Sometimes known as conjunctivitis, eye infections are the result of bacteria, fungi or viruses that invade the eye. Find out about the causes, symptoms and treatments for eye infections, as well as advice on how to help prevent them.
Symptoms of infected eyes
Infections can affect any part of the eyes, including the eyelids, cornea, conjunctiva, and even the retina in the back of the eye. They can be categorised as bacterial, viral or allergic and can present themselves in many different ways:
- Bacterial: Eyes may produce discharge, look red and feel uncomfortable.
- Viral: Watery eyes, eyelids may stick together in the morning, itchy eyes, sensitivity to light and redness.
- Allergic: Watery, itchy eyes, with a runny nose – there may also be a burning sensation in the eyes.
When to seek medical attention
While eye infections can typically be managed at home with the appropriate treatment, be sure to seek medical attention if you experience any of the following:
- pain in the eyes
- vision blurring, sensitivity to light or any other vision problems
- a blister or patch in the eye
- intense redness in the eye(s)
You should also see a healthcare professional if you have conjunctivitis and any other medical condition or illness – for example, HIV infection, cancer treatment etc.
Causes of eye infections
Conjunctivitis can be caused by types of viruses or bacteria. Other causes can be allergic reactions and exposure to irritants.
This type of conjunctivitis is contagious and typically caused by common viruses such as adenovirus (associated with the common cold and bronchitis) and herpesvirus (known for cold sores).
Other symptoms such as a cold, sore throat or infections of the upper respiratory tract can also be present with viral conjunctivitis.
Common in children, bacterial infections can be caused by exposure to contaminated objects or surfaces, contact with an infected person or spread from sinus or ear infections.
The types of bacteria that cause bacterial eye infection include:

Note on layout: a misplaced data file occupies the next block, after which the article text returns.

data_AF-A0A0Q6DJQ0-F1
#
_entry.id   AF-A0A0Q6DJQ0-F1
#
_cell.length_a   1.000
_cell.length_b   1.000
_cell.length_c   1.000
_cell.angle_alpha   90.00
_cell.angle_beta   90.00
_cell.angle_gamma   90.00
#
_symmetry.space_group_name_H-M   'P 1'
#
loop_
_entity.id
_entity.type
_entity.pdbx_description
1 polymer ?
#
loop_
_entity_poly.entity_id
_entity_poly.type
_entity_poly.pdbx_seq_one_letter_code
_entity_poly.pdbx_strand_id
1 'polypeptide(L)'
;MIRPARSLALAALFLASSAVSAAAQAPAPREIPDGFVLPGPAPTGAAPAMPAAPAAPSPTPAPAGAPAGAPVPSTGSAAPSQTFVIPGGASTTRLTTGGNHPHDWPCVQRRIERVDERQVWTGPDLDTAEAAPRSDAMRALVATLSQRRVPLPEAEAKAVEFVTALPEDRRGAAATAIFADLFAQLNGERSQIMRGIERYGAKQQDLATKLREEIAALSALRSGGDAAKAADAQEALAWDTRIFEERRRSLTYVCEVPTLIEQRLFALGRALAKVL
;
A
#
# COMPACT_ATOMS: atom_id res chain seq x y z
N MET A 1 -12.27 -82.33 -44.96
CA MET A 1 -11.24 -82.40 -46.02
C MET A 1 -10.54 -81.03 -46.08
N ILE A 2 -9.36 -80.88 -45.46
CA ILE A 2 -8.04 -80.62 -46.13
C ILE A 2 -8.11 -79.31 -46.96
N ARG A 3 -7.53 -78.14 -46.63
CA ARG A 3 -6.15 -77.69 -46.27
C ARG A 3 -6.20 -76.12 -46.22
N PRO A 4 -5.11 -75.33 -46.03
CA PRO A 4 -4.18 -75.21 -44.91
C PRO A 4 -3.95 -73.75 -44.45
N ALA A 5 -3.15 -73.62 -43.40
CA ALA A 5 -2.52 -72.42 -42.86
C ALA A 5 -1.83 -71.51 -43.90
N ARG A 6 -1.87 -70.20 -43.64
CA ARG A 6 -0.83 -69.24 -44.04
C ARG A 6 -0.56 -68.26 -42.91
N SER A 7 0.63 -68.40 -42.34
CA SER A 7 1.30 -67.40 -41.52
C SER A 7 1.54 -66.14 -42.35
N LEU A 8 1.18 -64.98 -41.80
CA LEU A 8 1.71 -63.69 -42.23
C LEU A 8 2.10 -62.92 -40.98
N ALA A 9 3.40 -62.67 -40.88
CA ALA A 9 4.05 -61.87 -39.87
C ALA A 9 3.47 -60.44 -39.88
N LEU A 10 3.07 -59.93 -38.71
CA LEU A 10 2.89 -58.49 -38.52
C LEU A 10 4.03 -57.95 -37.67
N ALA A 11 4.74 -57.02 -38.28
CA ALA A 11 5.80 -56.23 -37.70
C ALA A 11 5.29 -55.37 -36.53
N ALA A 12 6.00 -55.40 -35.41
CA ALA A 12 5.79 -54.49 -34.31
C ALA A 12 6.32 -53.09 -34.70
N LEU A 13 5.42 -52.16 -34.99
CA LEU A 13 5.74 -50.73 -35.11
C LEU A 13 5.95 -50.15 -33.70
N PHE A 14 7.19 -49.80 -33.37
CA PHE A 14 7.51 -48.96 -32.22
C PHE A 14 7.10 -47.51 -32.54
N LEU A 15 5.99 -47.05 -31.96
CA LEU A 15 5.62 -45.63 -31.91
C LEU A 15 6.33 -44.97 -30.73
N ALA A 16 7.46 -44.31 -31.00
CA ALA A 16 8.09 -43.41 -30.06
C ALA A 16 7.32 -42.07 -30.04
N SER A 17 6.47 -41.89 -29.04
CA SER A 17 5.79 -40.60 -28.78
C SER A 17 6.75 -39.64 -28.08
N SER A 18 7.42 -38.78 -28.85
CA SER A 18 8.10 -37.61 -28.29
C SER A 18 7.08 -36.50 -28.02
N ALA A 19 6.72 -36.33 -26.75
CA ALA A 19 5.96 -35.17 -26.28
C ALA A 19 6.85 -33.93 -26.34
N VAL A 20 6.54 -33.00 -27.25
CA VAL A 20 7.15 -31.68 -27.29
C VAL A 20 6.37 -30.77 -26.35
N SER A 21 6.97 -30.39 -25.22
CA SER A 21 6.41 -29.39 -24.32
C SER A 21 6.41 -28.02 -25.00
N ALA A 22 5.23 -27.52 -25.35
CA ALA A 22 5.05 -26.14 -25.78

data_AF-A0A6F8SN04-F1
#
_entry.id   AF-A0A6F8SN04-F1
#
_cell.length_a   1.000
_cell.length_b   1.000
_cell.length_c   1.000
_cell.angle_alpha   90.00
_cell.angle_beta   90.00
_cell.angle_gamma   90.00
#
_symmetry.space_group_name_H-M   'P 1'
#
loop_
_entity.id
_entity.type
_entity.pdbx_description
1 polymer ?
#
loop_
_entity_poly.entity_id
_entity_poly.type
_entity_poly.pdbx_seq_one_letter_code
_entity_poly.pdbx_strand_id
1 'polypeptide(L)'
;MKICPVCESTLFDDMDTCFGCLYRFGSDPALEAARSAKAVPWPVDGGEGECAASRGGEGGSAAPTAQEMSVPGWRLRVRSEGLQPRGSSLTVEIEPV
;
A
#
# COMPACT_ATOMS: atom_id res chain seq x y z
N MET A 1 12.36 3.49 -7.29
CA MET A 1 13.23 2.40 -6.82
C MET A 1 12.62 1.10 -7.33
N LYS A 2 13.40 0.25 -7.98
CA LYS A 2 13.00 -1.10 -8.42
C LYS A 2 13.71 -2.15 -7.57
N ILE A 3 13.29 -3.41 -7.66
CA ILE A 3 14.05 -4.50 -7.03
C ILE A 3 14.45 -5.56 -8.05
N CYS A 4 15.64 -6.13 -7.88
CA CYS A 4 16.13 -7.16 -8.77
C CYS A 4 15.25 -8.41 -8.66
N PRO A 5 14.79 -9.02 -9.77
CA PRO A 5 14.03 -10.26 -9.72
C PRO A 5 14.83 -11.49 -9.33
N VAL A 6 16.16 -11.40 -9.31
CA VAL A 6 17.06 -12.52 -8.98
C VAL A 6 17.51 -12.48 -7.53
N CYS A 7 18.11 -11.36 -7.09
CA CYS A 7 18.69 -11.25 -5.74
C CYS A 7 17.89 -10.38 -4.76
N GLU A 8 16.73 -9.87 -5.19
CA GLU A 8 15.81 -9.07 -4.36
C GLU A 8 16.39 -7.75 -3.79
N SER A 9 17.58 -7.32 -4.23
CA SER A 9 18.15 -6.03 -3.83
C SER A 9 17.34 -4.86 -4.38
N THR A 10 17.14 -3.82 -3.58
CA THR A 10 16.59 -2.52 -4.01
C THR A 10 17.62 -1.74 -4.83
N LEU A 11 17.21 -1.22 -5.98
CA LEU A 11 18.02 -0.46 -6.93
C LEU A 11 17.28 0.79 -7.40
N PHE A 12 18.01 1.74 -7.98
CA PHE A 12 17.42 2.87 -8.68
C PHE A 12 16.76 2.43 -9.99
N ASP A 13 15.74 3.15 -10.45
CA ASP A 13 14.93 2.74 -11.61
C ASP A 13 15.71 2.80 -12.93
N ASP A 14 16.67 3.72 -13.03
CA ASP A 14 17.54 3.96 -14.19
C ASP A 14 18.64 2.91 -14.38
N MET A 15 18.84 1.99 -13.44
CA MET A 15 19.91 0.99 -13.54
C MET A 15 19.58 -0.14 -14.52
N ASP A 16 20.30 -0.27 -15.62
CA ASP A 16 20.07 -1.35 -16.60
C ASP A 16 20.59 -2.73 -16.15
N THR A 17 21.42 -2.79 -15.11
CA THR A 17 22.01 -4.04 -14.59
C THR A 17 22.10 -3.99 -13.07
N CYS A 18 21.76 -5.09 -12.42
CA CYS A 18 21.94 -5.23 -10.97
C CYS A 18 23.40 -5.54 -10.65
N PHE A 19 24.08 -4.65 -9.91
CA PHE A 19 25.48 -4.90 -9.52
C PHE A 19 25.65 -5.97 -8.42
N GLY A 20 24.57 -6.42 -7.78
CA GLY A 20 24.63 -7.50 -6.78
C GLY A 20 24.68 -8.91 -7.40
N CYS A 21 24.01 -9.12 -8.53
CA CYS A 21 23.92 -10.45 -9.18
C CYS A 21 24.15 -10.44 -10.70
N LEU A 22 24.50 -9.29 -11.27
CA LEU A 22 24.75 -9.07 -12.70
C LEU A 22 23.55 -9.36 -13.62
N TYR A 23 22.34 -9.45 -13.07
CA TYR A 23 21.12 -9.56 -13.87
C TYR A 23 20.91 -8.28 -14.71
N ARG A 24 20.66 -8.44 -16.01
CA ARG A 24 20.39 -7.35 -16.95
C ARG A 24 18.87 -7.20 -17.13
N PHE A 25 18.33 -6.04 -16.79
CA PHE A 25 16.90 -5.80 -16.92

- Staphylococcus species
- Streptococcus pneumoniae
- Haemophilus influenzae
- Moraxella catarrhalis
Allergic conjunctivitis and irritants
Allergic conjunctivitis can be caused by seasonal changes, particularly as a reaction to pollen. If you’re allergic or sensitive to dust mites, moulds or animal dander, it may flare up at any time of the year.
Contact lens wear, smoke, pollutants and chemicals can also cause , as the eye becomes inflamed from allergens or irritants it considers harmful. Taking a break or switching to a different type of lens can help contact lens wearers, while other causes can typically be resolved with over-the counter remedies.
Infective conjunctivitis can be treated with medicinal eye drops containing Chloramphenicol, an antibiotic known for relieving symptoms and clearing up eye infections.
Specific forms of conjunctivitis can be treated in the following ways:
- Viral conjunctivitis:
Viral infections tend to be mild and clear up within 7 to 14 days. Anti-viral medication can be prescribed by a doctor to treat more serious forms of conjunctivitis, such as herpes simplex virus or varicella-zoster virus.
- Bacterial conjunctivitis:
Mild bacterial conjunctivitis may get better without antibiotic treatment, but antibiotics may be prescribed by a doctor to shorten the illness and settle the infection.
- Allergic conjunctivitis:
Allergy medication, including medicinal eye drops, can help relieve symptoms. In addition, products such as our Irritated Eye Drops can help soothe the eyes. Conjunctivitis can be eliminated by avoiding the allergy or irritant and taking preventative measures.
If you’re not sure which type of infection you have, seek advice from a healthcare professional. Always read the label before using a product.
Taking just a few simple steps can help avoid contracting conjunctivitis altogether:
- wash hands thoroughly and regularly
- avoid close contact with others while they are contagious
- avoid sharing towels, tissues, makeup, eye drops and handkerchiefs
- wear eye protection to protect against chemical and toxin exposure
- do not share contact lenses or eye wear
- practise good contact lens hygiene and follow the manufacturer’s instructions
- avoid touching the eye or rubbing the eye
- keep contact lens cases, sunglasses, glasses and cases clean
If you have young children, be sure to advise them of how to look after their eyes and practise good hygiene by following these guidelines.